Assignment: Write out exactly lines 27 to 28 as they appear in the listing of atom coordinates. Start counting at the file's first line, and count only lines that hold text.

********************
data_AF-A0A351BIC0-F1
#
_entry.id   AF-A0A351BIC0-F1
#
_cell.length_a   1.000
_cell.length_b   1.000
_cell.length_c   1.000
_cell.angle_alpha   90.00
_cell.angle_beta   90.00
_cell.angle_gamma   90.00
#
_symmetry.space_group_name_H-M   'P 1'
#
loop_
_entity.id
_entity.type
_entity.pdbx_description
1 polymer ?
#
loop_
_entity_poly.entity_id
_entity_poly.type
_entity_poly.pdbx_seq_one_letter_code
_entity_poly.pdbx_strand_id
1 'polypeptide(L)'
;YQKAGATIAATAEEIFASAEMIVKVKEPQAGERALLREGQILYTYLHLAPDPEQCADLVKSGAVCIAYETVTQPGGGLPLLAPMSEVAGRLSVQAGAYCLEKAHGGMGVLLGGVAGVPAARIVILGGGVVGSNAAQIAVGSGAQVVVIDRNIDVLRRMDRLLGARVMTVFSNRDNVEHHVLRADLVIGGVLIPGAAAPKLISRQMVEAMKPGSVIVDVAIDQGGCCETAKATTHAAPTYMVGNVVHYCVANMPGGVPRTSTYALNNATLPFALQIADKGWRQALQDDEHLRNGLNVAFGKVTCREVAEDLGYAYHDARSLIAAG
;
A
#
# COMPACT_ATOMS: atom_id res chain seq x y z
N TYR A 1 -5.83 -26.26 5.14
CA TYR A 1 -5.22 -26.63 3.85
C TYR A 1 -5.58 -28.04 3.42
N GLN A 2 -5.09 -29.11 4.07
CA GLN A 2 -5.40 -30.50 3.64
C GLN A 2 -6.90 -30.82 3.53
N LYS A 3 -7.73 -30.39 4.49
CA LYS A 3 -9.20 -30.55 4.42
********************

;
A